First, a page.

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How to Run in the Rain

01/07/2016 16:31 | Updated 01 July 2016

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Have you ever tried running in the rain? I did this week, and it went horribly wrong.

In theory, I quite like the idea of rain-running - water tends to keep you cool, so it stands to reason that running with a light smattering of the stuff might have a vague air-conditioning-type effect. Which is particularly beneficial during this epic muggyness. And weirdly I feel like it is an extra layer of anonymity for when I'm prancing about the streets of Chelsea in next-to-nothing gym kit.

Yesterday, though, wasn't normal rain. It was super rain. And my trainers were not prepared. A few semi-aqua-plane moments early on taught me to slow the hee-all down, which then made the run barely beneficial. Unwilling to write off the attempt so soon, I headed to Hyde Park with a view to finding some less smooth ground, which I figured might help my traction (or lack thereof) issue. It did. But it also lead me into some seriously muddy puddles. Arguably, this was pretty awesome - nothing better for showing how nails you are than a few muddy splashes up your legs post-run. But also it got in my shoes. And then my socks. And then it all just got too gross.

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I gave the issue some thought once I'd got home. Rainy / muddy running was sort of my forte when I was in the army. I doubt we ever really went on a 'fair weather' jog, to be fair. And it was never really that bad. Or maybe I've just forgotten...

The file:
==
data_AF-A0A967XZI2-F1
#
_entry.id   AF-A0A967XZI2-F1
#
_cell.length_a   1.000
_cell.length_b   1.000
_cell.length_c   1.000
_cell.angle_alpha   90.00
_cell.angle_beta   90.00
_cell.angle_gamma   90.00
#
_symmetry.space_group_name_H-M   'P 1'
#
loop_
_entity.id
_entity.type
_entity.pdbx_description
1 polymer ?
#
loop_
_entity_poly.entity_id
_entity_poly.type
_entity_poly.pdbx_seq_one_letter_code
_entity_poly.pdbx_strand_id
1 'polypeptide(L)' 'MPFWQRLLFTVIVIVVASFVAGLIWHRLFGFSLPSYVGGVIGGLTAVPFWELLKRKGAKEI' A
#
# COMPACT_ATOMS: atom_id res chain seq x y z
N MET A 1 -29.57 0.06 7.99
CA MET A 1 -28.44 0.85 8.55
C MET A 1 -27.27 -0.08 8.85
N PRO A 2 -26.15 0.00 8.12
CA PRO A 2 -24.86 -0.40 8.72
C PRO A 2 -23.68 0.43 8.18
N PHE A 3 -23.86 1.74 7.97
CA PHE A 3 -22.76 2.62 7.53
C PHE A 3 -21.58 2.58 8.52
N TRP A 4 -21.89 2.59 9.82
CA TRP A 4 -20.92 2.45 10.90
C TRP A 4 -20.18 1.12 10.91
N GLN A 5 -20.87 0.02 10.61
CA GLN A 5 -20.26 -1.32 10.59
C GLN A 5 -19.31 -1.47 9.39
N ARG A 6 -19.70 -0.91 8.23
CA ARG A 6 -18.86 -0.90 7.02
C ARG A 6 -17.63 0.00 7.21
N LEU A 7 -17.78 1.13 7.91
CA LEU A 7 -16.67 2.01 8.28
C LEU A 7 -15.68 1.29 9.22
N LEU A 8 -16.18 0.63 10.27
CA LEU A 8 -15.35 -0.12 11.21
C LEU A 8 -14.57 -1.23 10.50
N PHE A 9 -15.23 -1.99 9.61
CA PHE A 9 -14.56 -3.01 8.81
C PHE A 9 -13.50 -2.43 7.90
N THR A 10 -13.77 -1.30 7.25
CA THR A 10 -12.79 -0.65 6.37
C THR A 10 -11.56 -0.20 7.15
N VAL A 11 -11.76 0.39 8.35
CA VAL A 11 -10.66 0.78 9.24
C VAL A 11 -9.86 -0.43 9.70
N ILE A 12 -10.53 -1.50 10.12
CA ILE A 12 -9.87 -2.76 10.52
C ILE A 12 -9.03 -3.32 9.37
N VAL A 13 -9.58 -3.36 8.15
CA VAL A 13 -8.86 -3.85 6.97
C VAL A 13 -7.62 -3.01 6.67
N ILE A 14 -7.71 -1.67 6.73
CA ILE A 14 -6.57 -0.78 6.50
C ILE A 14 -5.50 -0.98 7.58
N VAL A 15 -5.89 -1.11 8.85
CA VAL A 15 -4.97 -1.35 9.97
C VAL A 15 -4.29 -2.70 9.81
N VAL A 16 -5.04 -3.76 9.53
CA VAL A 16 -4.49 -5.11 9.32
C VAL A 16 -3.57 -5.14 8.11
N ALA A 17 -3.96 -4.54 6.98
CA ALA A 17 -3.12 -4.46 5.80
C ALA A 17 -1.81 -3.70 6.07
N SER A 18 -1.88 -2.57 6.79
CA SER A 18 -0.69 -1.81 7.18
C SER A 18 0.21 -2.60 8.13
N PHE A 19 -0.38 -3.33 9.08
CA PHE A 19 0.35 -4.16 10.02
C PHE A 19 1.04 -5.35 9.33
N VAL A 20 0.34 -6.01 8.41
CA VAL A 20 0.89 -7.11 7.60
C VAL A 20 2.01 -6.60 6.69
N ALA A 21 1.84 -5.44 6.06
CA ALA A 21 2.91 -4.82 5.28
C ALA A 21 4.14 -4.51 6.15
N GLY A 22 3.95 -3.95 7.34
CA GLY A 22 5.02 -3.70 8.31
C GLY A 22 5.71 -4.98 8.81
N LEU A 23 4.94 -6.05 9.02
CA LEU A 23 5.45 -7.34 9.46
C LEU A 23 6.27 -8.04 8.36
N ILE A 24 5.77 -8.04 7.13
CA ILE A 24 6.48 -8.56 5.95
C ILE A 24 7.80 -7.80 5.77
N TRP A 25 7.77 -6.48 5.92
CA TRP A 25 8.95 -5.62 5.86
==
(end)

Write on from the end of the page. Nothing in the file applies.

Anyway, on that basis, here's my tips for rain running, based on that distant memory of not being quite such a wimp..

1. Wear shorts. Skin's waterproof (obv), and leggings are not. They'll stick to your skin and end up feeling rank. And let's not even go there with chaffing... At the moment I'm wearing Fabletics.

2. Wear proper socks. Trainer socks are great in great weather. In mud, they let everything in. Choose one that has at least a little lip, or (preferably) actually ends at your ankle.

3. Make sure your kit wicks. Most good kit does these days - if you're stumped, try lululemon.

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Wicking kit in sunnier climes (obv)

4. Don't use a phone for music. Or iPod, really, although a water-logged iPhone would be more upsetting for obvious reasons.

5. Choose trainers with grip. I know I harp on about them but my Geox are really awesome because they're surprisingly lightweight and breathable too. And they look pretty. Obv.
Plan your route before your trainers - If it's road-heavy, trail-running shoes will slip and slide. But they're a god-send on grass / mud.

6. Wear a cap - If the rain is particularly heavy, water has a tendency to lodge itself in your lashes which can be super uncomfortable. A cap stops all this nonsense (note: so do sunglasses. But then you might struggle to see very much...)

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